“It seems quite remarkable — maybe unprecedented — to have the president of the United States out on the stump regularly engaging the minority leader of the House and calling him out by name, even traveling to Cleveland for the express purpose of rebutting an economic speech the minority leader gave there two weeks earlier,” added a senior Boehner aide in an e-mail. “No doubt they believe (hope) they can demonize Boehner by doing so.”

Boehner and Obama had brushes with one another twice in the past year – in both cases Obama came across as dominating the conversation and lecturing Republicans. At a House Republican retreat in Baltimore in January, Obama pushed back on GOP members who pressed the president with questions at a televised event. And in a marathon C-SPAN negotiating session on health care earlier this year, Obama brushed off Republican points, angering Republicans who felt like they were being lectured to rather than negotiated with…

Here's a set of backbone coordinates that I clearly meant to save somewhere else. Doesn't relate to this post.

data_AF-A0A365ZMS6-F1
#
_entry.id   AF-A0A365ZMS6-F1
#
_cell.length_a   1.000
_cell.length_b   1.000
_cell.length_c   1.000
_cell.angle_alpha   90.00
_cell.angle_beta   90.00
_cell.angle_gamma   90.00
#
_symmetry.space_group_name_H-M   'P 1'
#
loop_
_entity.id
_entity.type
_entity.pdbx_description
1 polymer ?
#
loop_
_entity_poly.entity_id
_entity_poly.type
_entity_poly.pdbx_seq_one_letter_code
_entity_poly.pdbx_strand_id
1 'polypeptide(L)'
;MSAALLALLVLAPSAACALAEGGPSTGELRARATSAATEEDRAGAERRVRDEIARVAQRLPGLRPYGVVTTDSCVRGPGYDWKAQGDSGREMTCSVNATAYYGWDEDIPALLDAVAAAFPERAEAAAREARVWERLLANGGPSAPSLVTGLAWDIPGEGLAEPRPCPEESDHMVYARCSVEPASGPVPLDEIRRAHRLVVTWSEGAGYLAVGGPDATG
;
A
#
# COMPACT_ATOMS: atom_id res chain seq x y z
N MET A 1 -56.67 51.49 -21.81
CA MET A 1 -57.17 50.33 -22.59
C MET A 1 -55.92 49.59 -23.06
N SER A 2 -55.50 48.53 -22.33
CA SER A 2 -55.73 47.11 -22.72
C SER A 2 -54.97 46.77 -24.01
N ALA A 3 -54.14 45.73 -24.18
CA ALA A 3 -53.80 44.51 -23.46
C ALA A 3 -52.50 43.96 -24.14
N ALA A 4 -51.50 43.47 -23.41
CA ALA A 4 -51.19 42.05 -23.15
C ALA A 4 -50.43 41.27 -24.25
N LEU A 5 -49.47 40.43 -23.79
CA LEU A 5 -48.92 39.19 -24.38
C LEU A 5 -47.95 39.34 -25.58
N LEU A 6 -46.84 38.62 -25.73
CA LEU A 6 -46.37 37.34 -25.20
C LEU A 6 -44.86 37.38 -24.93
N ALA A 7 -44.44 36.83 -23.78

Part of the problem in forming a relationship was timing. Obama came to Capitol Hill in 2005 following his victory in the Illinois Senate race. Obama was already a political rock star by then, but as a junior senator, he had no interaction with Boehner. By early 2006, Obama was already on the road running for president, while Boehner was just getting used to his role as minority leader.